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I have to tell you, I am finding the $50 is limit that people want to spend on cakes too. I know that will cover the cost of the supplies and give me a little extra for my time so I am not too sad. Not everyone is going to like your prices so dont feel like you have to meet their expectations.

I do at least look at the Alice matrix to make sure I am not getting totally screwed on the deal but usually I charge a little less.

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crazycakes22 Posted 16 May 2009 , 4:35am
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Well after figuring out my cost on the cake and an estimate of how much time it will take me I was going to quote the lady $150 for the cake. She wants it to be a two layer 12x18 sheet cake filled with a strawberry cream cheese filling on on half and the other half filled with my butter cream/cream cheese icing. She wants the graduation cap cake on top and she was very specific that the little fondant girl figurine had to have sandy blonde hair with hightlights. So I thought that amount was a fair amount of money to charge, but my husband thinks I am selling myself short. Does anyone think that is too high of a price or not engough? Thanks for your input.

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indydebi Posted 16 May 2009 , 12:39pm
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I think your $150 is in the ballpark.

While the local market is a factor, you need to set prices based on your costs and your product offering. If you were opening another walmart-type bakery, then your prices should be in the walmart range. But that's not what you are offering.

It would be like a Cadillac dealer coming to town and telling GM, "I have to sell these $70,000 Escalades for only $30,000 because that's what people are used to paying around here." now finish the sentence. It's what people are used to paying around here FOR A SATURN. But this guy is selling Cadillacs. It's totally a different product.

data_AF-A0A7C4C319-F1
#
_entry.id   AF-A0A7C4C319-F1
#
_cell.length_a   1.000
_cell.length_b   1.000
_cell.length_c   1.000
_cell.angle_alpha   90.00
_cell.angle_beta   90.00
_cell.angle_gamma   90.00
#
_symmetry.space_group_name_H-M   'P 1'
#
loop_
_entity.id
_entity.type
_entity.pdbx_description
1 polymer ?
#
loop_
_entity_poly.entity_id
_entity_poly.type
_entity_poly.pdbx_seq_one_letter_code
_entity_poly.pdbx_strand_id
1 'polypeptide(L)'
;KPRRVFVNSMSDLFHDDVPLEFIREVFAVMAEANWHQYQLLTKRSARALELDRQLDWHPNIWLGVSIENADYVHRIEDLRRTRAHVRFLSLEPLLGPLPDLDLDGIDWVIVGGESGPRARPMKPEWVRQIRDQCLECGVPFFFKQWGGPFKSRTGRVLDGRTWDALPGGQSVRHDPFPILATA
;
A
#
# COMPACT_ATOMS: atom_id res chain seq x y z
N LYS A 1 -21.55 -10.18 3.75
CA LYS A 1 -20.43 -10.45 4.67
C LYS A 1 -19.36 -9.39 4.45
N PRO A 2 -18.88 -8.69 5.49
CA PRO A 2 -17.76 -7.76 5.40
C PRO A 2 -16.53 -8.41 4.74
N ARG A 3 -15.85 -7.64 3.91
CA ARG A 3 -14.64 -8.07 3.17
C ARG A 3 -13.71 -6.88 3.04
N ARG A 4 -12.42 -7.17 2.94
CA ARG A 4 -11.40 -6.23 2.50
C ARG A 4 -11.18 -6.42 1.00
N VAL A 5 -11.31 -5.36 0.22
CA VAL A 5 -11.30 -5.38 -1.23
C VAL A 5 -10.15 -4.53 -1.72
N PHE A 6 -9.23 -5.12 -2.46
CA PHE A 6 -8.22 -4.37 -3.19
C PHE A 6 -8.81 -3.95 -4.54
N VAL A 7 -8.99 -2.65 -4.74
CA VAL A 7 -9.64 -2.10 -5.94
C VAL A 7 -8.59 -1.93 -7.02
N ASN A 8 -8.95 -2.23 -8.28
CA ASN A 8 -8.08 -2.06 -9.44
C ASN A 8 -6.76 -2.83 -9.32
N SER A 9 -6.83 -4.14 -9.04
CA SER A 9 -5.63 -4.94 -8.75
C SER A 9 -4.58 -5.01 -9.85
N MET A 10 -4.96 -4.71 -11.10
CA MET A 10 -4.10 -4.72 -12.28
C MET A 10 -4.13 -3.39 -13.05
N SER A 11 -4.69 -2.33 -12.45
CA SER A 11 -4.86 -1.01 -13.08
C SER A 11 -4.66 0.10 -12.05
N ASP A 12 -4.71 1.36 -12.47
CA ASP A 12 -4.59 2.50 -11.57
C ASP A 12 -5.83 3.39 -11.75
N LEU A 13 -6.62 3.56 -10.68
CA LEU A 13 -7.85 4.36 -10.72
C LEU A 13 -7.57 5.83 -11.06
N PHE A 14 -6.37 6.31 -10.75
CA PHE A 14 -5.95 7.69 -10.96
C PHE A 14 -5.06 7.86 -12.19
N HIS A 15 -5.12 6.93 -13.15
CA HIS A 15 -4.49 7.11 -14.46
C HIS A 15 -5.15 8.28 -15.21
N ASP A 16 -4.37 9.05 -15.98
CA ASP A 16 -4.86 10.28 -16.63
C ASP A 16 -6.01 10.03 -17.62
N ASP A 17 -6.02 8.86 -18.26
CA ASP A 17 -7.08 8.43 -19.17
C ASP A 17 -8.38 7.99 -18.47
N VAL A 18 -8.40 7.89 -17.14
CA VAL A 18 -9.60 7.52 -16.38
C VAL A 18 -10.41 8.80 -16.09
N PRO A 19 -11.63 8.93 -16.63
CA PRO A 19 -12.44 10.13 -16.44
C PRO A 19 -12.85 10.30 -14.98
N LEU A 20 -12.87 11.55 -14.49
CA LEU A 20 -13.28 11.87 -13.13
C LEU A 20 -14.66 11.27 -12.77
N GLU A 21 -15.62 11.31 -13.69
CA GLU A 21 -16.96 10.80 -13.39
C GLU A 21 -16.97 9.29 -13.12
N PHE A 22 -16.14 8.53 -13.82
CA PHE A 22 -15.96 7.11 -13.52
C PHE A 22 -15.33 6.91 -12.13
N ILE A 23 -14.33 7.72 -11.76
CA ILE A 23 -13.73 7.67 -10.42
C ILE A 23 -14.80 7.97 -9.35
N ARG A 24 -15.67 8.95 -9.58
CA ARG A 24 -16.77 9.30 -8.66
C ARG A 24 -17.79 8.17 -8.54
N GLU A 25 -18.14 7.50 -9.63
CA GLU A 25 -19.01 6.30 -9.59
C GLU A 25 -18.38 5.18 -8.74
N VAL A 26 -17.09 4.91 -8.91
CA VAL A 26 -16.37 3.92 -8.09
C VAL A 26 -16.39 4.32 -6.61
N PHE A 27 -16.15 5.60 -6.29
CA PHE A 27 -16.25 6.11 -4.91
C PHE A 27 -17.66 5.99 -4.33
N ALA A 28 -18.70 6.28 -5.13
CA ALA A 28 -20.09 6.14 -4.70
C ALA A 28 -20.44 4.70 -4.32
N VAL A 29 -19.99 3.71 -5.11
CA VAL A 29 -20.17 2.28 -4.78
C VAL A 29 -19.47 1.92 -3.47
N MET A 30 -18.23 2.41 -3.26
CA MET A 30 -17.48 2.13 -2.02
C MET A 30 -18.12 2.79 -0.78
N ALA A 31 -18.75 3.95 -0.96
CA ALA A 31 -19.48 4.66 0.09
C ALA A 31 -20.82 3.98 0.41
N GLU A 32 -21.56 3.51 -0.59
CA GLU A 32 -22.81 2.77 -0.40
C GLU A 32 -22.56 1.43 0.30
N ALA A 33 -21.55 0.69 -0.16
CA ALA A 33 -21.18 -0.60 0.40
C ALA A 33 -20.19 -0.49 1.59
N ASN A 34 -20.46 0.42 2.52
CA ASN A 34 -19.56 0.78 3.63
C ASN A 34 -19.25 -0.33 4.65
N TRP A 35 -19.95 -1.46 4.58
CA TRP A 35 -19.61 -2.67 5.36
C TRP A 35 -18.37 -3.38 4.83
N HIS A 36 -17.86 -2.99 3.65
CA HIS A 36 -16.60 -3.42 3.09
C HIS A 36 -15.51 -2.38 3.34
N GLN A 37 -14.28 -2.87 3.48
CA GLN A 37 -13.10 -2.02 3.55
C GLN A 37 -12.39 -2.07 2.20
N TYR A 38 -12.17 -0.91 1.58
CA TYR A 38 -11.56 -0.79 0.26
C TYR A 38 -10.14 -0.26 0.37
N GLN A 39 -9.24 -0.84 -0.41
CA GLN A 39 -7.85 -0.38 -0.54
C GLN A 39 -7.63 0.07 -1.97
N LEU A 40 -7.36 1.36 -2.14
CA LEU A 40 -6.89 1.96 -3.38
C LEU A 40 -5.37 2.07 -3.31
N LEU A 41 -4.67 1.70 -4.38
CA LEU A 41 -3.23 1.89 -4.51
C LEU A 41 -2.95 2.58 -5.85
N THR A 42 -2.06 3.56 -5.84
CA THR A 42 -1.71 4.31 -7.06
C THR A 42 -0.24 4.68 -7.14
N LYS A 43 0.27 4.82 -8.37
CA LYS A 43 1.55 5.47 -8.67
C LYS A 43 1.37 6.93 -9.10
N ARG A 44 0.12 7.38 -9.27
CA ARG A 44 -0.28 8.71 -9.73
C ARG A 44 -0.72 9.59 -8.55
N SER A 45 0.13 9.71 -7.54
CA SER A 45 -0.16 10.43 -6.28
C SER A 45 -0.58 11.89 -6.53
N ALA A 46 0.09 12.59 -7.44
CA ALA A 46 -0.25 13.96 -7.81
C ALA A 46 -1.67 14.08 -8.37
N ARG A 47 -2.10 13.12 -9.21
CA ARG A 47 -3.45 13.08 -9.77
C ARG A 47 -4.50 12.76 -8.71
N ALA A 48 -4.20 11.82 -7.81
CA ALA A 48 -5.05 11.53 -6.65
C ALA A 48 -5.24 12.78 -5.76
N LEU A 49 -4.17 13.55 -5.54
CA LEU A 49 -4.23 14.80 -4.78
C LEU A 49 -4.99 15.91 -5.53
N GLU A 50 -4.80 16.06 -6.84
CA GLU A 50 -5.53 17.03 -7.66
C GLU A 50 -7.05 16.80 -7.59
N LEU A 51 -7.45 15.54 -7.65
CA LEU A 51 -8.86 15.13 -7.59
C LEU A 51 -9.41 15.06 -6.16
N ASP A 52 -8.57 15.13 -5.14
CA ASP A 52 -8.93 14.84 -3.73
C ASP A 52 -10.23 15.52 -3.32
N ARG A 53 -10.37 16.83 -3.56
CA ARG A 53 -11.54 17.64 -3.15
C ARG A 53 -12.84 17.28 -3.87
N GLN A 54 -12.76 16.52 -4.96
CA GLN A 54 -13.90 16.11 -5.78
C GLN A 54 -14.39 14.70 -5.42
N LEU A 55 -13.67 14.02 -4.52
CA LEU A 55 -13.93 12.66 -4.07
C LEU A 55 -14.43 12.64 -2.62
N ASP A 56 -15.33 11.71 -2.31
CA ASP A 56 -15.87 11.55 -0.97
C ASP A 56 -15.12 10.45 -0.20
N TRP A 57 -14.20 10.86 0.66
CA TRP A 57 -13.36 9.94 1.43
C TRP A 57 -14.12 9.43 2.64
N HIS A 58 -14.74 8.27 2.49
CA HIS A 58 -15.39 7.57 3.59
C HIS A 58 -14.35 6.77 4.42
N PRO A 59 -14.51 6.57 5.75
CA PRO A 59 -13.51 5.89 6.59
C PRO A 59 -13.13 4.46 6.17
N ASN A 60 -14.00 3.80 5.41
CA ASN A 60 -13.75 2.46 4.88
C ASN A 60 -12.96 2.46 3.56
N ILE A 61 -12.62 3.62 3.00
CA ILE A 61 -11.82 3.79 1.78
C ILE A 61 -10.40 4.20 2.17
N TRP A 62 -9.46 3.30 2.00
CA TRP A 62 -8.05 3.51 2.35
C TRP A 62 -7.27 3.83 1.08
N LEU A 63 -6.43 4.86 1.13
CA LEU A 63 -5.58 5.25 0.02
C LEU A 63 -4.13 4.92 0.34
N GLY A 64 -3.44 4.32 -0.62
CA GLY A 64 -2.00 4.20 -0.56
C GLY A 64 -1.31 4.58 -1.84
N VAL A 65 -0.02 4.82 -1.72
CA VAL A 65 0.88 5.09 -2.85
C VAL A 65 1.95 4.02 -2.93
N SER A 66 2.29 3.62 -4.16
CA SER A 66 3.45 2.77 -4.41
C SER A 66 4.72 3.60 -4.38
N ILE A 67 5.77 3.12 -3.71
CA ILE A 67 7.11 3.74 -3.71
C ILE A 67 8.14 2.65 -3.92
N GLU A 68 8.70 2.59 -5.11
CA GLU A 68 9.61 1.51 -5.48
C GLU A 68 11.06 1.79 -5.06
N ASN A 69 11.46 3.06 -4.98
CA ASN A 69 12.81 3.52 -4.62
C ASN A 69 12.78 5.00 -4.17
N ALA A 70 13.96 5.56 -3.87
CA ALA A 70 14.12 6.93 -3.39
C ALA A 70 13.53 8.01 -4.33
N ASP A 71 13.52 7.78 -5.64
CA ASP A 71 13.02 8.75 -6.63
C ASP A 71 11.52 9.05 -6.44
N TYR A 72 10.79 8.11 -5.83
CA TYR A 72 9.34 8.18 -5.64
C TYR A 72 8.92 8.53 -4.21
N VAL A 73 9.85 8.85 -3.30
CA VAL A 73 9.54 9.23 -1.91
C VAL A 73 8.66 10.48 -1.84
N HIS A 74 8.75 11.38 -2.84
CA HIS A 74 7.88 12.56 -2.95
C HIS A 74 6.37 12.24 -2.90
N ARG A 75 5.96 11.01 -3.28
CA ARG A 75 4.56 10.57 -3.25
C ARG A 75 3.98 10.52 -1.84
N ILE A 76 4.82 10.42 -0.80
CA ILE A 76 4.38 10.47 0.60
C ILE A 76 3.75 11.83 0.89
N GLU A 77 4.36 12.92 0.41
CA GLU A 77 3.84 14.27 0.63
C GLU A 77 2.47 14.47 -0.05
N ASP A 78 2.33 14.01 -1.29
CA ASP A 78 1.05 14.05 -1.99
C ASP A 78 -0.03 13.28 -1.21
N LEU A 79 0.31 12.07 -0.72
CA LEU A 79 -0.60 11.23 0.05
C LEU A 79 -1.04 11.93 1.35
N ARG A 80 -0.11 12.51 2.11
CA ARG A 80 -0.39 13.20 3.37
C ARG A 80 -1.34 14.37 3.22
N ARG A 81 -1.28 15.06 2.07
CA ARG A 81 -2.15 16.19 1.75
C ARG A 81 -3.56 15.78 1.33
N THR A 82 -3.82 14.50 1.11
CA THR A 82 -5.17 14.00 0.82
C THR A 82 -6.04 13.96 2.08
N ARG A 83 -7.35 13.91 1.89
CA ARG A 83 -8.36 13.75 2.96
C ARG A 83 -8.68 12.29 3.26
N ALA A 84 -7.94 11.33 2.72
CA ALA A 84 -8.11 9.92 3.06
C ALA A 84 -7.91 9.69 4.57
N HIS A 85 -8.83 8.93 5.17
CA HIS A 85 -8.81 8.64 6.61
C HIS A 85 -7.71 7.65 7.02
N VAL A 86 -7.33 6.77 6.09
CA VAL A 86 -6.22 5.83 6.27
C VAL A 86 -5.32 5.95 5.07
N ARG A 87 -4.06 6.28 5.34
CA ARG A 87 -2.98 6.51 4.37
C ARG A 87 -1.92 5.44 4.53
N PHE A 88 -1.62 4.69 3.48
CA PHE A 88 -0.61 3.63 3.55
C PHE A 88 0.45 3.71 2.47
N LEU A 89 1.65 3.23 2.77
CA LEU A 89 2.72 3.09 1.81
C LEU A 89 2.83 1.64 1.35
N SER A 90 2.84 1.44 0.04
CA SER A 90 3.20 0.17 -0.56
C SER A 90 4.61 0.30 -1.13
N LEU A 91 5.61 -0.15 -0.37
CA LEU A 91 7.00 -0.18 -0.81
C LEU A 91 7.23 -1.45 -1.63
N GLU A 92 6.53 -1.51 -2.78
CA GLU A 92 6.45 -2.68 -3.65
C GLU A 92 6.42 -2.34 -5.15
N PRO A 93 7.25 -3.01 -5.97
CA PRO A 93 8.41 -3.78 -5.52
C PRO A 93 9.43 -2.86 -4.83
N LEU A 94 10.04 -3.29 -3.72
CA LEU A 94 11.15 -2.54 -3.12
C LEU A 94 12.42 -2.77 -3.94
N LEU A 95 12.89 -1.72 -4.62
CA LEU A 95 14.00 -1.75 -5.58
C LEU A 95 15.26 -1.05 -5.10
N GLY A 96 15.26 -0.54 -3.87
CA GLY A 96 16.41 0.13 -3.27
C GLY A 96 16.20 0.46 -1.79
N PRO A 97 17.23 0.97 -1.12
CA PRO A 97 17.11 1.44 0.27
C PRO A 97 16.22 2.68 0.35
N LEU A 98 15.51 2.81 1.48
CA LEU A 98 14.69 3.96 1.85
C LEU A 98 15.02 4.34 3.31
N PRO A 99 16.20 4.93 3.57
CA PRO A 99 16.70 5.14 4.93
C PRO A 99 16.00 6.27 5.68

Letting your customers set your standards is a dangerous game, because the race to the bottom is pretty easy to win. Setting your own standards, and living up to them, is a better way to profit.
-----Seth Godin

When people balk at $150 for a custom made, carved, covered in fondant, special cake for their babykins, you can always suggest, "Well, you might be able to find a plain 'ole sheet cake at blah-blah bakery to fit your budget."

They're not buying a sheet cake from you. You're a Cadillac dealership, not a Saturn dealership. Your cars, uh, cakes, cost more for a reason.

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crazycakes22 Posted 16 May 2009 , 3:39pm
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Thanks Indydebi for your reply. It is funny you use the cars as a comparison because my husband sells cars here in Lafayette, IN and he totally agrees with you. He sells Toyota's and people always complain that they cost so much more than a Chevy or Ford, but he has to explain the difference in the product they are paying for.
I know people are not used to custom cakes around here. Everyone that has seen my cakes say they have never seen anything like it or know of anyone that does it. I have not lived in Lafayette my entire life so I don't know if anyone else does what I do. No one advertises that they do and the people are coming to me asking me to make cakes because they here about me from others. So it seems I'm the only custom cake decorator, but I really don't know that for sure. I can't imagine that I am the only one but who knows. I just don't want to scare people off from buying my cakes by charging too much.
I agree with you and it just comes down to me having a little backbone when I tell people the cost. I think I am afraid they will say no and tell everyone that I charge too much icon_cry.gif I know I shouldn't worry about that but what can I say I am a worry wart.
But thanks again to everyone for posting a reply. I know people ask these same questions but it is always nice to get some fresh and different views on the subject.

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indydebi Posted 16 May 2009 , 8:10pm
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Originally Posted by crazycakes22

Thanks Indydebi for your reply. It is funny you use the cars as a comparison because my husband sells cars here in Lafayette, IN

My hubby works for a Cadillac dealership, and the owners ALSO own a Saturn dealership. It's a natural comparison.

Different products have different customers who have different expectations. Doesnt' matter if it's cars or cakes .... it's all the same salesmanship! thumbs_up.gif